Rents outside London soared by 8% in February

by Jonathan Adams
Rents in London

Rents in London dipped by 0.2% annually, to £1,759 on average, driven by sharp falls in inner London, according to Hamptons

Rents outside London surged by 8% annually in February, an index has found.

According to Hamptons, the average price of a newly-let property was 8% higher or £68 per month more than in February 2020, across Britain but excluding London.

It was the strongest rise in rents since Hamptons’ index started in 2012.

In contrast to other parts of Britain, rents in London dipped by 0.2% annually, to £1,759 on average. The decrease was driven by sharp falls in inner London, Hamptons said.

It added that rental growth nationally has been fuelled by a lack of stock, with nearly a fifth fewer homes coming onto the rental market during the coronavirus pandemic compared with the previous 12 months.

London was the only region where there were more homes available to rent in February than a year earlier, the report said.

The findings also revealed an urban-rural divide, as 16% more homes were available to rent in cities across Britain in February 2021 compared with a year earlier. In town and country locations there have been respective declines of 28% and 52% over the same period.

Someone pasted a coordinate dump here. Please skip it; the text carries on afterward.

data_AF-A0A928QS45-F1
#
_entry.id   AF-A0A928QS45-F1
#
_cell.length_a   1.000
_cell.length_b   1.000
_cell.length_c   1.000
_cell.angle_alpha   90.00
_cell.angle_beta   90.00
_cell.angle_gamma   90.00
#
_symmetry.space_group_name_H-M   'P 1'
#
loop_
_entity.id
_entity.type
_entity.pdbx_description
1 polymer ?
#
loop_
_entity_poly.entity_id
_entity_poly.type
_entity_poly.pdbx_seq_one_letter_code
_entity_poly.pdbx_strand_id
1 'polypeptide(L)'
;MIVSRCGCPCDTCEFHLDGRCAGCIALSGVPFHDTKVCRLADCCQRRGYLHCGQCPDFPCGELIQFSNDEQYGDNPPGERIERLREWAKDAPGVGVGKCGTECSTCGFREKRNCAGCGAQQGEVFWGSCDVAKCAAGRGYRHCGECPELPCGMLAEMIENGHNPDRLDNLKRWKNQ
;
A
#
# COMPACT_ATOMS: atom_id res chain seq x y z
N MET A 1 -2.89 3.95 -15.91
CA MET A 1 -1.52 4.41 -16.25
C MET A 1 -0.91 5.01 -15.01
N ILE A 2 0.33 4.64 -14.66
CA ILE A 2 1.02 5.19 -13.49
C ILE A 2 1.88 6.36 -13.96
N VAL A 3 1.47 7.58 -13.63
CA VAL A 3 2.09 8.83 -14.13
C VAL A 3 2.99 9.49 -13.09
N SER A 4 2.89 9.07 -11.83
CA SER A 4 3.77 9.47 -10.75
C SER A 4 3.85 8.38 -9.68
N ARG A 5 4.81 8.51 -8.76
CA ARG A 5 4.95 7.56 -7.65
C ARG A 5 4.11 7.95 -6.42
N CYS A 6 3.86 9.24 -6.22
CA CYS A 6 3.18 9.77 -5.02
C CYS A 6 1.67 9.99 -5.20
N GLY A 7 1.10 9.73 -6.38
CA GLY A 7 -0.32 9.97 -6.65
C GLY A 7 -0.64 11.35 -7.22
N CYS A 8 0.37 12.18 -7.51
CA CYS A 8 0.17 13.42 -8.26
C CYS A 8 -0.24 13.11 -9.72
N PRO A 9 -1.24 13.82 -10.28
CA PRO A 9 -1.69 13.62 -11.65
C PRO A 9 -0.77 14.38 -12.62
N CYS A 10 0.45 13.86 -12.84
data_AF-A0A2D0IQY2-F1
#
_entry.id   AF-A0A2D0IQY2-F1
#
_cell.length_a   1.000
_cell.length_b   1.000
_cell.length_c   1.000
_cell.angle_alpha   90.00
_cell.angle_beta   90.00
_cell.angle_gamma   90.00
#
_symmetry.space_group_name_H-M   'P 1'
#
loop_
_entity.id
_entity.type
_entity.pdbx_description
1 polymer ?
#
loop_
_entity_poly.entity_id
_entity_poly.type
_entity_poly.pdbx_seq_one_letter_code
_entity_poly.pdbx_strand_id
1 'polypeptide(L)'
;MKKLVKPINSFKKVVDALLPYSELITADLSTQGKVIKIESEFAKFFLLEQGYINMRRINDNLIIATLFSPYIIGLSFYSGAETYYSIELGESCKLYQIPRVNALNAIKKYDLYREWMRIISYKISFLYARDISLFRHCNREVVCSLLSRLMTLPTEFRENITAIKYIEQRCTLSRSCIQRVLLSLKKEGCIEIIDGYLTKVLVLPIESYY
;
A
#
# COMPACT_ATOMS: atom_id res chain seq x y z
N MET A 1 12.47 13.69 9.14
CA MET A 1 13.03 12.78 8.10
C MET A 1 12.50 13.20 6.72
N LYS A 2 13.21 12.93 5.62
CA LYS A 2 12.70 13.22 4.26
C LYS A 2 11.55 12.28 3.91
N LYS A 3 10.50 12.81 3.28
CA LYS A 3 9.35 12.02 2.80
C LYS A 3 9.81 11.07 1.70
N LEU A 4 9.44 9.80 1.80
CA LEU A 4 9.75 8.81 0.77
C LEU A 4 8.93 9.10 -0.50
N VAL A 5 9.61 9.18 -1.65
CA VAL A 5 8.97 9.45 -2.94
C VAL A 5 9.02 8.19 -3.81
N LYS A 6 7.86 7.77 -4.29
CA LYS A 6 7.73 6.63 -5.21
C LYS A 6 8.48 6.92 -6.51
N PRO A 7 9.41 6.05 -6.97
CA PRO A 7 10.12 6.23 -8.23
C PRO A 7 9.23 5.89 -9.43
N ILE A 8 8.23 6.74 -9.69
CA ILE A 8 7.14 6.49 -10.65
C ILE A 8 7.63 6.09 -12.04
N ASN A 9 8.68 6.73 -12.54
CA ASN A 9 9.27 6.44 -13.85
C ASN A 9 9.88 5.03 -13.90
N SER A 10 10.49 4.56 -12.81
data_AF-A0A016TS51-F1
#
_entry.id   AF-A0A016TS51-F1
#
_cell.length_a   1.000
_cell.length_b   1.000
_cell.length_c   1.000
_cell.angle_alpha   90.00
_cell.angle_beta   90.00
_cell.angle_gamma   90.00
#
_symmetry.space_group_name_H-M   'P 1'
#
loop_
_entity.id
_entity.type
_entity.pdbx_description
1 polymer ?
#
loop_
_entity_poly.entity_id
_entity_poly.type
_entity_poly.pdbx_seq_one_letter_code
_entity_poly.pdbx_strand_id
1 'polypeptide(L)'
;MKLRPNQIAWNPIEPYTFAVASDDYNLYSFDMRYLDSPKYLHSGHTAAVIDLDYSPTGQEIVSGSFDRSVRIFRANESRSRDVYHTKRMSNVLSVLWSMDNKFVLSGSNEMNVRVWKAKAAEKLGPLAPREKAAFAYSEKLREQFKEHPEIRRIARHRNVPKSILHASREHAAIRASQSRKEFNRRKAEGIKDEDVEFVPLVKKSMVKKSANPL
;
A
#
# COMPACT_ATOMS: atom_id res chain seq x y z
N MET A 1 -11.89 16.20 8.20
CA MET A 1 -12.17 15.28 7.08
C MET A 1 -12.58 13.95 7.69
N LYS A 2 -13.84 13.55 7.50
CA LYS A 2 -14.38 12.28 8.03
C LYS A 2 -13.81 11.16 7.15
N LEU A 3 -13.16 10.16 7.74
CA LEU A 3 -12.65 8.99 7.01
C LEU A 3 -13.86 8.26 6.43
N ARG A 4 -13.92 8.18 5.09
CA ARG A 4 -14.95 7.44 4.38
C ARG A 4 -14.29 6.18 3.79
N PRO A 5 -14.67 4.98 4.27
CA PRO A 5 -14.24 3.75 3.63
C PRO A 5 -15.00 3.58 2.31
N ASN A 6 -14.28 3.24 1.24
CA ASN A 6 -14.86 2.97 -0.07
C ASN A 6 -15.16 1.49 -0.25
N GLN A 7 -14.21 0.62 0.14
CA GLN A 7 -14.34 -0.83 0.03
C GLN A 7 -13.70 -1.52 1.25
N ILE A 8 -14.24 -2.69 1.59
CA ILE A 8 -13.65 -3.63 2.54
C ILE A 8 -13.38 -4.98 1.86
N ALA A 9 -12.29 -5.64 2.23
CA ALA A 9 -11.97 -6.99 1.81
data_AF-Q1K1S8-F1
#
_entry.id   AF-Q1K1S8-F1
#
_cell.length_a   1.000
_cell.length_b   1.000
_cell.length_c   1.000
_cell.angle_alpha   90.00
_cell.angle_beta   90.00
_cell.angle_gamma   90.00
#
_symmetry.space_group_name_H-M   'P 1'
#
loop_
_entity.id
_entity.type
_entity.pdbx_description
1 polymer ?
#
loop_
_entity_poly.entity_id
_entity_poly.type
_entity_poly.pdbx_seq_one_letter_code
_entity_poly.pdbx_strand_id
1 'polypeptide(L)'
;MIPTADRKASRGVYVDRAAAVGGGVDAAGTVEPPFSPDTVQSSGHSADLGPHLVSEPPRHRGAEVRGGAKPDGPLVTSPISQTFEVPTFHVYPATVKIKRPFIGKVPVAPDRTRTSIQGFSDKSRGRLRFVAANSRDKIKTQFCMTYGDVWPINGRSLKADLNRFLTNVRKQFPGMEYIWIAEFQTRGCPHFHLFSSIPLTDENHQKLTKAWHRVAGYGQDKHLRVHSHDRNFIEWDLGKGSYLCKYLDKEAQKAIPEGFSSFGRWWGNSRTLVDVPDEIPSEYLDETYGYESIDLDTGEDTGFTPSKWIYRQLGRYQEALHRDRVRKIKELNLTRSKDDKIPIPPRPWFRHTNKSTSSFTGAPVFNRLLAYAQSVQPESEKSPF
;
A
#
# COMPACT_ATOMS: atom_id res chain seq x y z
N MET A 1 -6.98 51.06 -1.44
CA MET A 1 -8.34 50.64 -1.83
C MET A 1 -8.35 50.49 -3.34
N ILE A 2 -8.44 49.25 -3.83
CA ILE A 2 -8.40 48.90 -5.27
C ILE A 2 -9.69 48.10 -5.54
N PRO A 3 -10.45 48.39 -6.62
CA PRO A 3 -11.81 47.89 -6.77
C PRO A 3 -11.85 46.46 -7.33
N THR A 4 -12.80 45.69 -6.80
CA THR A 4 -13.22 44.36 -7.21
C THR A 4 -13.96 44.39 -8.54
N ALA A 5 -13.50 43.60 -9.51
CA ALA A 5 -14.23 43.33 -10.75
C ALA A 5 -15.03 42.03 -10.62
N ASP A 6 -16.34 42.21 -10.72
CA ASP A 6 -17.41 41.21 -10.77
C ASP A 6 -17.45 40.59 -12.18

The lack of rental homes on the market has meant that so far this year half (50%) of landlords letting a property were able to secure a higher rent than they had previously achieved, Hamptons said. This is the highest proportion since 2016, with an average increase of £60 per month.

In line with weak rental growth in London, only 37% of landlords there were able to secure higher rents in 2021, marking the lowest proportion recorded in any region.

By contrast, 62% of landlords in the South West of England were able to achieve higher rents on their properties in 2021.

Aneisha Beveridge, head of research at Hamptons, said: This year we’ve seen a sharp decline in the number of rental homes coming onto the market. Would-be tenants are now faced with significantly less choice, which in turn is pushing up rents.

And with many landlords having multiple offers on the table, half of investors have been able to increase the rent they charge. Rental stock levels have also been hit with the onset of the pandemic causing investors to hold back, she said.

Ms Beveridge continued: Over the last five months, and in an effort to beat the original stamp duty deadline of the end of March (the deadline has since been extended), landlord purchases started to rise, which will add to stock levels when these homes complete.



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